A foreign national applied for a license under state law. The eligibility is not restricted to U.S. citizens but a foreign national must submit additional evidence that a U.S. citizen is not required to submit. Specifically, a foreign national must present evidence of lawful status or at least authorization to accept employment. The foreign national falsely claimed citizenship in order to avoid the additional evidentiary requirements. The foreign national is inadmissible since the foreign national made the false claim for the purpose of avoiding additional requirements under state law. [39] This conclusion is consistent with the rationale of Matter of Richmond, 26 I&N Dec. 779 (BIA 2016).

4. Representation Must Be for Own Benefit

A foreign national is only inadmissible if the foreign national makes a misrepresentation for the foreign national’s own benefit. If a foreign national misrepresents another foreign national’s citizenship, the foreign national that made the misrepresentation is not inadmissible for falsely claiming U.S. citizenship. [40] See Department of State Cable (no. 97-State-174342) (September 17, 1997). However, falsely claiming citizenship on behalf of another foreign national may make the foreign national inadmissible for alien smuggling. See Matter of M-R, 6 I&N Dec. 259, 260 (BIA 1954).

5. For Purpose of Coming into the United States

A foreign national who makes a successful false claim to U.S. citizenship or nationality at the port-of-entry and who is allowed into the United States has not been admitted. In order for a foreign national to be admitted, CBP must have authorized the foreign national to enter the United States after the foreign national came to the port-of-entry and sought admission as a foreign national. [41] See Matter of Quilantan, 25 I&N Dec. 285 (BIA 2010). See Volume 7, Adjustment of Status, Part B, 245(a) Adjustment, Chapter 2, Eligibility Requirements, Section A, “Inspected and Admitted” or “Inspected and Paroled” [7 USCIS-PM B.2(A)(2)].

However, the law and precedents relating to what qualifies as the admission of a foreign national do not apply to U.S. citizens and nationals. U.S. citizens and nationals are not subject to the same inspection process as foreign nationals. If CBP believes the person is a U.S. citizen or national, CBP cannot prevent the person’s return to the United States. It is well-settled that someone who is allowed to come into the United States as a U.S. citizen or national has not been admitted. [42] See Reid v. INS, 420 U.S. 619 (1975). See Matter of Pinzon, 26 I&N Dec. 189 (BIA 2013). See Mattter of S-, 9 I&N Dec. 599 (BIA 1962).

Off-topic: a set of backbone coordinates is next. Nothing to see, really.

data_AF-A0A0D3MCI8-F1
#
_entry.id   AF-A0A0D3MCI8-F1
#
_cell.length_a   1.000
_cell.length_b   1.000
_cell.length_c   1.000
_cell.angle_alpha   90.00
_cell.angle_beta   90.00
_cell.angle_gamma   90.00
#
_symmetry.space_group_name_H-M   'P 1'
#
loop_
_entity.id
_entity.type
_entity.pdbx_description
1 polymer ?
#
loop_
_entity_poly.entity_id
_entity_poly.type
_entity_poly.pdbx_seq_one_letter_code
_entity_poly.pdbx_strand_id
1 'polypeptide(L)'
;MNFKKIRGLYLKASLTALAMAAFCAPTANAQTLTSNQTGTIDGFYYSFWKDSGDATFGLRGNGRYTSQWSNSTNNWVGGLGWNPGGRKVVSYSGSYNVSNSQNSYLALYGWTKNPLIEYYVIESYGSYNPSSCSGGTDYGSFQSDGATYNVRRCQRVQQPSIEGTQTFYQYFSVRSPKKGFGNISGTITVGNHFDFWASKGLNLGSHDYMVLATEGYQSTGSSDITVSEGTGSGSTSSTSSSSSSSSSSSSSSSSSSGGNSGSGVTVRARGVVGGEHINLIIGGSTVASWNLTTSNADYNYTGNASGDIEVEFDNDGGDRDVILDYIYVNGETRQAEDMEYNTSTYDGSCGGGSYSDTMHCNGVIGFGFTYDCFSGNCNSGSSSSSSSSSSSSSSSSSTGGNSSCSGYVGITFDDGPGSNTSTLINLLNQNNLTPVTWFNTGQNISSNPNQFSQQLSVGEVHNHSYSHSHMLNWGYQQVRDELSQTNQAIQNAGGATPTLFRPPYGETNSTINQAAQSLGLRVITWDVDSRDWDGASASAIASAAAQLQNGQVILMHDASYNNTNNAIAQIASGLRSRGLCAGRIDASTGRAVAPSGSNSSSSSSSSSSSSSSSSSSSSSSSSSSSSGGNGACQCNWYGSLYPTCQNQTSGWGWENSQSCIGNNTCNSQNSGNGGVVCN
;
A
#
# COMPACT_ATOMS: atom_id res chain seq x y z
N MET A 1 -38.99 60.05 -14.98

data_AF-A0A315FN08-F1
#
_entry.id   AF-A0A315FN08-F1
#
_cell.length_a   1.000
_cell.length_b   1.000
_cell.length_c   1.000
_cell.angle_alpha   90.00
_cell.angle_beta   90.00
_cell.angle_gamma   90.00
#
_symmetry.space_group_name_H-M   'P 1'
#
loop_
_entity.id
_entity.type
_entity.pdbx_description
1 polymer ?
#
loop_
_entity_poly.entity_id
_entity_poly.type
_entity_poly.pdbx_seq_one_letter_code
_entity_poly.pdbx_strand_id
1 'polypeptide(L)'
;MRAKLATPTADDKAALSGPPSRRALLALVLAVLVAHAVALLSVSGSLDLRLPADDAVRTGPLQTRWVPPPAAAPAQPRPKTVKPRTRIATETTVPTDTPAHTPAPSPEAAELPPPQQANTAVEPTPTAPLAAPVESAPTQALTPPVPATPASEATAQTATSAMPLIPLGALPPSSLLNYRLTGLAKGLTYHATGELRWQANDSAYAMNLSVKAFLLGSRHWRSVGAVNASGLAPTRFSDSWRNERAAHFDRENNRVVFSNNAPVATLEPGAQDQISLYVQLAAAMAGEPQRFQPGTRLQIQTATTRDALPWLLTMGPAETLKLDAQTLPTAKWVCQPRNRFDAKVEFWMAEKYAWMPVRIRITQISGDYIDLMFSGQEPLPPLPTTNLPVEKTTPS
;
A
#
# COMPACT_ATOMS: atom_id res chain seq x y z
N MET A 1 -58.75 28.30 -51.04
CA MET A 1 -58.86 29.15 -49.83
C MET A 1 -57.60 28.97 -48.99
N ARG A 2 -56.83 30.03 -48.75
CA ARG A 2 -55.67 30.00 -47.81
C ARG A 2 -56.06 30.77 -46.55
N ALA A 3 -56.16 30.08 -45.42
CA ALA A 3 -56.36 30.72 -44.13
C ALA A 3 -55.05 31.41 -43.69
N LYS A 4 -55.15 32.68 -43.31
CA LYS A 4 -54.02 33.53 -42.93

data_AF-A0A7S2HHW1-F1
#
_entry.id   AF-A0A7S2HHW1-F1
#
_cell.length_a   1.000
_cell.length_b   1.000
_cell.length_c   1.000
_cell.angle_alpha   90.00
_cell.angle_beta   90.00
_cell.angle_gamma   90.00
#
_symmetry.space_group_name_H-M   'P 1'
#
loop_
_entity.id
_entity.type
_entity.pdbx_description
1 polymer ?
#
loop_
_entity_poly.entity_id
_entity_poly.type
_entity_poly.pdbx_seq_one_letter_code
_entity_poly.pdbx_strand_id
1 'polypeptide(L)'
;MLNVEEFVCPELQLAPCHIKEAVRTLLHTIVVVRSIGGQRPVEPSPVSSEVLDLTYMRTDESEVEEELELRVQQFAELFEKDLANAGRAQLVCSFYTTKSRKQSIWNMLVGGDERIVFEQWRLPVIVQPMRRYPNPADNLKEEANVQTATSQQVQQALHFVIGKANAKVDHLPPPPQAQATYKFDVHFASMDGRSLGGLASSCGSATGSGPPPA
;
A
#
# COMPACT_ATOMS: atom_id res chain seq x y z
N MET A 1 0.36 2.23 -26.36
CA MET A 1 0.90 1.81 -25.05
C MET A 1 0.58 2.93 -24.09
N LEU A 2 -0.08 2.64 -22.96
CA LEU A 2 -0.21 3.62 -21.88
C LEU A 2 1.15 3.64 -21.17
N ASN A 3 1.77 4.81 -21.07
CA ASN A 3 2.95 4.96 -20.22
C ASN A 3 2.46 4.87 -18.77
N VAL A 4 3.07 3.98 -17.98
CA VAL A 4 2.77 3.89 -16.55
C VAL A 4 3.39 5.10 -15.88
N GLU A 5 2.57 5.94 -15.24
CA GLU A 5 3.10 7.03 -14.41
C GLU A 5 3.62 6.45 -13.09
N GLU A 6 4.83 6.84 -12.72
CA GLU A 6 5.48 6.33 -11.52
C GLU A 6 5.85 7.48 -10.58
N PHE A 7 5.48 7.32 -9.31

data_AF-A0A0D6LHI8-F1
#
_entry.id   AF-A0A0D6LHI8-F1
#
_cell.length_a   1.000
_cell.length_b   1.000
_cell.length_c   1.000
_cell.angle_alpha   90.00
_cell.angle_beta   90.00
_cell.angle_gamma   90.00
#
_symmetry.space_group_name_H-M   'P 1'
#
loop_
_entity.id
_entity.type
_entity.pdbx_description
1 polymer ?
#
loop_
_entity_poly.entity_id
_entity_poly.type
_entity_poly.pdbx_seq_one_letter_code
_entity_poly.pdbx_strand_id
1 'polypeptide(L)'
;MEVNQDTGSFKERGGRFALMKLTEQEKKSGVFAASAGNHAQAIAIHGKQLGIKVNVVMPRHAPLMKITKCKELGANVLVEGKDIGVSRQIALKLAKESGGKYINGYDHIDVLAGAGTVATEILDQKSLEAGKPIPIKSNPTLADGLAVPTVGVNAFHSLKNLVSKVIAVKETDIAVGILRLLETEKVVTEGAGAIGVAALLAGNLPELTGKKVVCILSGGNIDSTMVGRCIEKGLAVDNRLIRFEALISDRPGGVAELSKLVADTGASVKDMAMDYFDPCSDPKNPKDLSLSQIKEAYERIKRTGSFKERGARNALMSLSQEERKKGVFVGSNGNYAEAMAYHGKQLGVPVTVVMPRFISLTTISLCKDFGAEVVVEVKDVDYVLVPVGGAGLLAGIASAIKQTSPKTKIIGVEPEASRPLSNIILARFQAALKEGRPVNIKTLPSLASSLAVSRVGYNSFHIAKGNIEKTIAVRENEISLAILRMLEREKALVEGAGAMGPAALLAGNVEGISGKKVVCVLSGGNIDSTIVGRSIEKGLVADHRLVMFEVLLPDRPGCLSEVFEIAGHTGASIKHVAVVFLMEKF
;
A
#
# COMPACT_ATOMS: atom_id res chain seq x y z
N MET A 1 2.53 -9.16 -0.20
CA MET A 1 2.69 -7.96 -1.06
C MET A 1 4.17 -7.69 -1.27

Therefore, a foreign national who comes into the United States under a false claim to U.S. citizenship is not only inadmissible for falsely claiming U.S. citizenship, but may also be inadmissible as a foreign national who is in the United States without inspection and admission or parole. [43] Similarly, a lawful permanent resident (LPR) returning from a temporary trip abroad is not considered to be seeking admission or readmission to the United States unless of one of the factors in INA 101(a)(13)(C) is present. See Matter of Collado-Munoz, 21 I&N Dec. 1061 (BIA 1998). Because the returning LPR is not an arriving alien who is an applicant for admission unless one of the factors in INA 101(a)(13)(C) is present, the foreign national is not inspected as an arriving alien. If the foreign national makes a false claim to LPR status at a port-of-entry and if the foreign national is permitted to enter, then the foreign national has not been admitted for purposes of INA 101(a)(13)(A).

A foreign national who comes into the United States based on a false claim to U.S. nationality is not inadmissible under the provision relating to false claims to citizenship. [44] See INA 212(a)(6)(C)(ii)(I). However, the person may be inadmissible as a foreign national who is in the United States without inspection and admission or parole.

6. False Claim Made by an Agent or Representative

If an applicant’s attorney or agent makes the false representation, the applicant is held responsible if it is established that the applicant was aware of the action taken by the representative in furtherance of the applicant’s benefit application. This includes oral misrepresentations made at the border by a person assisting a foreign national to enter illegally. Furthermore, a foreign national cannot deny responsibility for any misrepresentation made on the advice of another person unless the foreign national establishes that he or she lacked the capacity to exercise judgment. [45] For more information, see Section D, Knowledge that Claim Was False, Subsection 4, Lack of Capacity [8 USCIS-PM K.2(D)(4)].

F. Timely Retraction


​Case law relating to the inadmissibility ground for fraud or willful misrepresentation has long recognized that a foreign national is not inadmissible if he or she made a timely retraction of the fraud or misrepresentation.
[46] See Matter of R-R-, 3 I&N Dec. 823 (BIA 1949). See Matter of M-, 9 I&N Dec. 118 (BIA 1960) (also cited by Matter of R-S-J-, 22 I&N Dec. 863 (BIA 1999)). See 9 FAM 302.9-4(B)(3)(f), Timely Retraction. If a foreign national timely retracts the statement, it acts as a defense to the inadmissibility ground. A USCIS officer would then decide the case as if the fraud or misrepresentation had never happened.